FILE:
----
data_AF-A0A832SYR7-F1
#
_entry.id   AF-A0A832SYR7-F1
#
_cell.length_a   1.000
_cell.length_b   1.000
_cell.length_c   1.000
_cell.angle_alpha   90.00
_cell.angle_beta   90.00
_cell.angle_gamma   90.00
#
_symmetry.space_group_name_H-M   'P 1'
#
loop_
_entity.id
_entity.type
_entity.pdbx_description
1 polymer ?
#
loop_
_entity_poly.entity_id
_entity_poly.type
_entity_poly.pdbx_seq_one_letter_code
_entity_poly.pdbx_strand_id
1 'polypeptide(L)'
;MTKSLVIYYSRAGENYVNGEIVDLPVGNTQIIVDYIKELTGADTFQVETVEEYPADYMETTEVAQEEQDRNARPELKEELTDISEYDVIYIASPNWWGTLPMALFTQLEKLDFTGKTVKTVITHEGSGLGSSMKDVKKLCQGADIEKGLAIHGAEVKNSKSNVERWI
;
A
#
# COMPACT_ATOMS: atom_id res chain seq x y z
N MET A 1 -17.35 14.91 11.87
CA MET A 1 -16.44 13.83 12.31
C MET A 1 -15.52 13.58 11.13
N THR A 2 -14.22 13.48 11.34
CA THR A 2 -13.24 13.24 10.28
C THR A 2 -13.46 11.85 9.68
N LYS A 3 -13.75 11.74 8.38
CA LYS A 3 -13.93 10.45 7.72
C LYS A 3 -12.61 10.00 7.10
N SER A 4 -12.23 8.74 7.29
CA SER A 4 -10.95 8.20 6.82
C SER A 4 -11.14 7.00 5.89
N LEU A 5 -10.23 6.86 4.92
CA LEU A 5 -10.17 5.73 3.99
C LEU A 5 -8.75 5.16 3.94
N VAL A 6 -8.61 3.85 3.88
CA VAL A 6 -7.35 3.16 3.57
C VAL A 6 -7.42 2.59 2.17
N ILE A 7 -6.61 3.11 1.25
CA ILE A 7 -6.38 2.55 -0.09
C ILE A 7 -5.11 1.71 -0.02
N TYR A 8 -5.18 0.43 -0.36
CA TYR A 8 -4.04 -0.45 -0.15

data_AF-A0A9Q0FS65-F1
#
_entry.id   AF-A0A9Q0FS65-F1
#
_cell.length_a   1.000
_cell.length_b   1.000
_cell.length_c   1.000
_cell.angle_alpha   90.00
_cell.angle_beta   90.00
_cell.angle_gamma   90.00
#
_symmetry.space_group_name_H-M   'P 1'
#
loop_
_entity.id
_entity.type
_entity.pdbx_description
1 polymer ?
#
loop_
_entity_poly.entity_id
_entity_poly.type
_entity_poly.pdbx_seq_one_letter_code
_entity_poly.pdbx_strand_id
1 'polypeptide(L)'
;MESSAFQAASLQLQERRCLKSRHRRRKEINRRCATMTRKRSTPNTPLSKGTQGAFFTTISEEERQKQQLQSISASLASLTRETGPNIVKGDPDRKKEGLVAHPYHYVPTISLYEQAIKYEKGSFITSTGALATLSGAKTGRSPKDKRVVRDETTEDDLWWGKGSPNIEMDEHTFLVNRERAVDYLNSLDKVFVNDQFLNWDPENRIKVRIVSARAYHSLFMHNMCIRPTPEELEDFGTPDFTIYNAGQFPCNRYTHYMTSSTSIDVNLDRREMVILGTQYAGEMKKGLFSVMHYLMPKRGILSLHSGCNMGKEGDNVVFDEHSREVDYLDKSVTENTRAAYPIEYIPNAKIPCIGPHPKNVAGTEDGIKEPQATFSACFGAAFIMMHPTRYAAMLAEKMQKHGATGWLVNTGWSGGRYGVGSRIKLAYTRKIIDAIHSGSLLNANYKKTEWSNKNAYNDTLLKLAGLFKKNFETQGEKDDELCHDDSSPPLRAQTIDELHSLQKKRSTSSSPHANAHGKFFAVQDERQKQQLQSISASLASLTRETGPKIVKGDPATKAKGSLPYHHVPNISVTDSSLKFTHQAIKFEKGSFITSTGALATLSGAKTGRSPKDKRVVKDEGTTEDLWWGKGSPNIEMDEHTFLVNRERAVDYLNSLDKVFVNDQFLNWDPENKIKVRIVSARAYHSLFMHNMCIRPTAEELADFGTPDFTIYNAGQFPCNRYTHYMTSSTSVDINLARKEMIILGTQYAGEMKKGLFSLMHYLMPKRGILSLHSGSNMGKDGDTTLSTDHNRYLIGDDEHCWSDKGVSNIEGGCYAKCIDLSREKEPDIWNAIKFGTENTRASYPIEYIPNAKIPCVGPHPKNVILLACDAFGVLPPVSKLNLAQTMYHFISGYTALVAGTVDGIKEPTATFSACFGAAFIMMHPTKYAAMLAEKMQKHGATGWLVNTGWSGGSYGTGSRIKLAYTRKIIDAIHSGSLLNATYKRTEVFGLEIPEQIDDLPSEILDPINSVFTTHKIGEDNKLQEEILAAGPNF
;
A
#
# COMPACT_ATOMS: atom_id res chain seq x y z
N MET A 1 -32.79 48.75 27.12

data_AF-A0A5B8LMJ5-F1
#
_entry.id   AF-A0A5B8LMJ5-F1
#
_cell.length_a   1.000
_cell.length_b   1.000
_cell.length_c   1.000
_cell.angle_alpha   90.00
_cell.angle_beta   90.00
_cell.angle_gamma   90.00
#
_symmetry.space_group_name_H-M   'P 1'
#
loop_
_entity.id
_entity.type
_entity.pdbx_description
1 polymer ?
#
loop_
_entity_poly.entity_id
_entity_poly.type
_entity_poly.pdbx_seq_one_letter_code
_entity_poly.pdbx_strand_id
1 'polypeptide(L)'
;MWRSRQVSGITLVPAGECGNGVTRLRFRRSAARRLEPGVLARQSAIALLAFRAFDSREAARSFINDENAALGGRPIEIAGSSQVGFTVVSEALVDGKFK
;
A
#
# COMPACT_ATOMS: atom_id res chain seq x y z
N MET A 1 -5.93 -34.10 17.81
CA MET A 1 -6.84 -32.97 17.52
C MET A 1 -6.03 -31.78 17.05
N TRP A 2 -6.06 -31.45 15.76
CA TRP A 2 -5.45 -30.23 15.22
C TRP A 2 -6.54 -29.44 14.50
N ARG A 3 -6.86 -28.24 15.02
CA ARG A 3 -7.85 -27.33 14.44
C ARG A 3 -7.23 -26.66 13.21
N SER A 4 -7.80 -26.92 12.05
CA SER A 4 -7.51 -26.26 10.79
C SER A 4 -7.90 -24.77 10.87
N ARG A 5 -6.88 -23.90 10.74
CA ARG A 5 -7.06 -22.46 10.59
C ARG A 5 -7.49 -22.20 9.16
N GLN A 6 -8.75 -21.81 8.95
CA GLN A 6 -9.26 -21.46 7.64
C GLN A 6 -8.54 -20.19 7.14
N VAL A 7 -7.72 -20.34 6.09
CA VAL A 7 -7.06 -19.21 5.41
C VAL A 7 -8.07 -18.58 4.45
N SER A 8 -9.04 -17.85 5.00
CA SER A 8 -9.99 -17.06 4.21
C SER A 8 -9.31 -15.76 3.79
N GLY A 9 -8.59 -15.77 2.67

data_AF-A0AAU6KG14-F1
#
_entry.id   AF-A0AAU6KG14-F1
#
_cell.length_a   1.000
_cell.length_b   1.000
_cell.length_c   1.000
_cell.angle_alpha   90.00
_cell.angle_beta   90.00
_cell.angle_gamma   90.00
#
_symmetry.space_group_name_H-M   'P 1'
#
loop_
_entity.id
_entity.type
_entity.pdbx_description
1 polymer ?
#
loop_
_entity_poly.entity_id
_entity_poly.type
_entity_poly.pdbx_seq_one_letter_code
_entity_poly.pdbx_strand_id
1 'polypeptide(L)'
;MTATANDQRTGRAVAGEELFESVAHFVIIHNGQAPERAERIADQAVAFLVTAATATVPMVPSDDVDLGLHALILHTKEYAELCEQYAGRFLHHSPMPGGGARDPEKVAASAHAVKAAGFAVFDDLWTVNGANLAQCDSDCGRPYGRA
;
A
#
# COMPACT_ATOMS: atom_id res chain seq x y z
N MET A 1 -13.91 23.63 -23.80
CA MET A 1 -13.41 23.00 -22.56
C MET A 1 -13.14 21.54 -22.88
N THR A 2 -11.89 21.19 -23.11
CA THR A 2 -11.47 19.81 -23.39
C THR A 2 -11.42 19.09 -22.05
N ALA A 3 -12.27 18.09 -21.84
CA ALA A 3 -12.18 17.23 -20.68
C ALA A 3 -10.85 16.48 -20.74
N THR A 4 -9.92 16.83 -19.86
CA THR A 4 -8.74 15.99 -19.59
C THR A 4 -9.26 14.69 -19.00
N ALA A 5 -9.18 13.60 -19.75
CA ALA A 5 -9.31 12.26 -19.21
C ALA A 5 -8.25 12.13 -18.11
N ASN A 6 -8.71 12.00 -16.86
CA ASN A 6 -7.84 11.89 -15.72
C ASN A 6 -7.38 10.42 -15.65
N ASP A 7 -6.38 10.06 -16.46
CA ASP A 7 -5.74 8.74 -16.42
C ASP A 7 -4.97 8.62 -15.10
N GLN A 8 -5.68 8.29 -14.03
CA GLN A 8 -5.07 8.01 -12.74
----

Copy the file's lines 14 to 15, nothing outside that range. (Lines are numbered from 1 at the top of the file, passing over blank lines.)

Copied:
loop_
_entity.id